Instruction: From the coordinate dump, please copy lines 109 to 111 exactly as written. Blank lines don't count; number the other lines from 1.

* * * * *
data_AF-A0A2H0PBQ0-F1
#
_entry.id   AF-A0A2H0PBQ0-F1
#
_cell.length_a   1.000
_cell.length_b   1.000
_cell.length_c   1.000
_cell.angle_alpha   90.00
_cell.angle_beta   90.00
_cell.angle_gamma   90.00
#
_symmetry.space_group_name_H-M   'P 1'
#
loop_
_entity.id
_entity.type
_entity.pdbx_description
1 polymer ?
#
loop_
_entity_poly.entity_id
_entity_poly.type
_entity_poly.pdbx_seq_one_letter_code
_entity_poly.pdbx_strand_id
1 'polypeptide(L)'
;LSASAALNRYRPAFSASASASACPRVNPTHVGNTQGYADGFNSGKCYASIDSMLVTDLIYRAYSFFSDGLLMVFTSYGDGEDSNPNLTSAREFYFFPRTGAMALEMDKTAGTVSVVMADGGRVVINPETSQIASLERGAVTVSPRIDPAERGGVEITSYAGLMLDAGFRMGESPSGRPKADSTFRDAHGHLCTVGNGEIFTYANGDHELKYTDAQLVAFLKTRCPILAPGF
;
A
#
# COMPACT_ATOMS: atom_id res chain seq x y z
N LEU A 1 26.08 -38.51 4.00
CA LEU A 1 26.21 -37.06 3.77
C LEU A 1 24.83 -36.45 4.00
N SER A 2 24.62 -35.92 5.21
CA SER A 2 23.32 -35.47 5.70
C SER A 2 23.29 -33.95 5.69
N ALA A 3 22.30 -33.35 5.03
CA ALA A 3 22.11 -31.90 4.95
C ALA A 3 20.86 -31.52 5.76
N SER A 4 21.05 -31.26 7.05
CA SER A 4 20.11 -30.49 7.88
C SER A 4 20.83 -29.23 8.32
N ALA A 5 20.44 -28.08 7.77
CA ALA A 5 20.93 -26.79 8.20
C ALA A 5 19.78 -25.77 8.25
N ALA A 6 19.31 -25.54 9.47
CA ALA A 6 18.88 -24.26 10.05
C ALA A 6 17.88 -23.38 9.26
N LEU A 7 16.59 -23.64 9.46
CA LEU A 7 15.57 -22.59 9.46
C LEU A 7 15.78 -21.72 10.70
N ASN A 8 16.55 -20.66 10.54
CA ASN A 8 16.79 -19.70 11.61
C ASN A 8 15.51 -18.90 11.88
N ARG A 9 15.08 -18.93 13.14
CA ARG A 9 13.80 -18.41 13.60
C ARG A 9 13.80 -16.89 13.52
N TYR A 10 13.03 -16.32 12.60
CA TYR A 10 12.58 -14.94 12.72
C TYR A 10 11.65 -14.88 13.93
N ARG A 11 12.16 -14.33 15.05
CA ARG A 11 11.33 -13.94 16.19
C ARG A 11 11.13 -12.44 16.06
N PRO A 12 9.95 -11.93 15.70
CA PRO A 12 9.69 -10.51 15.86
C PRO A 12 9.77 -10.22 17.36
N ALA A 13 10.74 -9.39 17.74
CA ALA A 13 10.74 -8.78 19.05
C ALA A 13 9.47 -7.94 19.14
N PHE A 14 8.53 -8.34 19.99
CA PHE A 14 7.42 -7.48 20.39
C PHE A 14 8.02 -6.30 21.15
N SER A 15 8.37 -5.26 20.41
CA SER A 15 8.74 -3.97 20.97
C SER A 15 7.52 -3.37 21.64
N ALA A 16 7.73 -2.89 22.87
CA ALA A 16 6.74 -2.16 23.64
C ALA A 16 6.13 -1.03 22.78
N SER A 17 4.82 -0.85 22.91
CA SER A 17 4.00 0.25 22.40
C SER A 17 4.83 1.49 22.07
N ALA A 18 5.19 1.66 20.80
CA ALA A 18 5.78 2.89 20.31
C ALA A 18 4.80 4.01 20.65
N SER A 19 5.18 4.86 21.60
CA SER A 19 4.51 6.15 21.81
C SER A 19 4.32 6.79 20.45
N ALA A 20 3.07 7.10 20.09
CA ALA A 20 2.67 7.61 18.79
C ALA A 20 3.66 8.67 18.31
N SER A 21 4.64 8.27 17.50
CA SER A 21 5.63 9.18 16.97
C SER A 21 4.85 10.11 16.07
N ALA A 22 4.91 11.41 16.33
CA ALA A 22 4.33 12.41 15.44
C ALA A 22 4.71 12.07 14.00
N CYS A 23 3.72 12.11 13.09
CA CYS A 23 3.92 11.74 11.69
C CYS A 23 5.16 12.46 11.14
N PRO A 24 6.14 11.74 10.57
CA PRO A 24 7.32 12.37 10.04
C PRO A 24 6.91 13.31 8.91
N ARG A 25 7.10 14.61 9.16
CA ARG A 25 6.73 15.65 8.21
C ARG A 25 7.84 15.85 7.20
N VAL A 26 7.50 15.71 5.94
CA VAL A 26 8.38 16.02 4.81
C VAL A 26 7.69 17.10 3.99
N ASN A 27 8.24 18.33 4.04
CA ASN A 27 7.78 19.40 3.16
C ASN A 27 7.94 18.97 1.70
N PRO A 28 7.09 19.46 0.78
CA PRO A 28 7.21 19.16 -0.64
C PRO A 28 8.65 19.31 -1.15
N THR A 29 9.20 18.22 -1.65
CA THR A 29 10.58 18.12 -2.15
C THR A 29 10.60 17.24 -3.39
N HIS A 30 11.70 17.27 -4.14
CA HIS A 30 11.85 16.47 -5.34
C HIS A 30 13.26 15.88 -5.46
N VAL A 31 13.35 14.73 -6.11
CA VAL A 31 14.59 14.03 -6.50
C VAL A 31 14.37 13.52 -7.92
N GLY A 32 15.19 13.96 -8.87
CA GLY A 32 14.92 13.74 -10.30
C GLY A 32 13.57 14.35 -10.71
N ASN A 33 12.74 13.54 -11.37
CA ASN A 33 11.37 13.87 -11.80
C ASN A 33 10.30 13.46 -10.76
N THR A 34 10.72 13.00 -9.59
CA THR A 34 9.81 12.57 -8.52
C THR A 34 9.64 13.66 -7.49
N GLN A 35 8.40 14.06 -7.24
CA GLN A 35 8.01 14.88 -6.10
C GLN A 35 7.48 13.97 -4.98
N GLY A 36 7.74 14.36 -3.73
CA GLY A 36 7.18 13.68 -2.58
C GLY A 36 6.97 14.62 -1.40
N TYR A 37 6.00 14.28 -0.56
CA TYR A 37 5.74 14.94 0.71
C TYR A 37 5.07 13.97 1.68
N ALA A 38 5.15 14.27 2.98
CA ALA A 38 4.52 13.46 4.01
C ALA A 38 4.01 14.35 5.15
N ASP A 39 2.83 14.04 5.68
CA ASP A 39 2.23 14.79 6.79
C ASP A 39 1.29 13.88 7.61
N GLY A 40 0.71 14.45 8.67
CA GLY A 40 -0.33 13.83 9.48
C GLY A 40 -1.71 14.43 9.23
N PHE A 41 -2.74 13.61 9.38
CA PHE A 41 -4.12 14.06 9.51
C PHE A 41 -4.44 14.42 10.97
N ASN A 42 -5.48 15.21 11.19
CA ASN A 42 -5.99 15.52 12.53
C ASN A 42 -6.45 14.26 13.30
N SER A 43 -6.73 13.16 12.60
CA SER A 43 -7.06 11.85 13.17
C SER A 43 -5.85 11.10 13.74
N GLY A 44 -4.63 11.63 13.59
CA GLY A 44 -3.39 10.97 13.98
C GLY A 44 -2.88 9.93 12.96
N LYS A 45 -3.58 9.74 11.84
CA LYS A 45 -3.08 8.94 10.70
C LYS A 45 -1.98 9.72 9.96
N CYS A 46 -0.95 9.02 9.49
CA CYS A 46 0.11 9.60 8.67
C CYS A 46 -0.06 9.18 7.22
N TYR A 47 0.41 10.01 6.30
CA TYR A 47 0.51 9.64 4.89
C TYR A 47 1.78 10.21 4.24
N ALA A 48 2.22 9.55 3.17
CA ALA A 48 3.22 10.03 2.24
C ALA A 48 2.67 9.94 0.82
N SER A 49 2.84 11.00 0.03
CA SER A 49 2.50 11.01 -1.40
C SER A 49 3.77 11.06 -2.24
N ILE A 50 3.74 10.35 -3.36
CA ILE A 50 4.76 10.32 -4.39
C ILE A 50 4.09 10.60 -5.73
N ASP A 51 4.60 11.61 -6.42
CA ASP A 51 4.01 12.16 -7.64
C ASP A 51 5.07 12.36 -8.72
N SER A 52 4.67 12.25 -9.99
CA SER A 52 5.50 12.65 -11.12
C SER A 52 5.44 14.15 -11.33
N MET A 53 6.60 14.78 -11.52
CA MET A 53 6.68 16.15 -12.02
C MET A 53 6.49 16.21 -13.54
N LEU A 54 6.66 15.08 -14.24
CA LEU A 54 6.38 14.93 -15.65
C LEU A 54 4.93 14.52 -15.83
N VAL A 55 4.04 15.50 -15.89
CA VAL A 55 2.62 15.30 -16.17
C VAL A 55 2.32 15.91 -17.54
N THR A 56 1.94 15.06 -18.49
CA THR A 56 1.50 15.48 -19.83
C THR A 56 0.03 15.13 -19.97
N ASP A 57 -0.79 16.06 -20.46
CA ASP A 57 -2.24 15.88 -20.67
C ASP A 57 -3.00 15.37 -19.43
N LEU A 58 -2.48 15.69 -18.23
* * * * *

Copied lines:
N ASN A 27 8.24 18.33 4.04
CA ASN A 27 7.78 19.40 3.16
C ASN A 27 7.94 18.97 1.70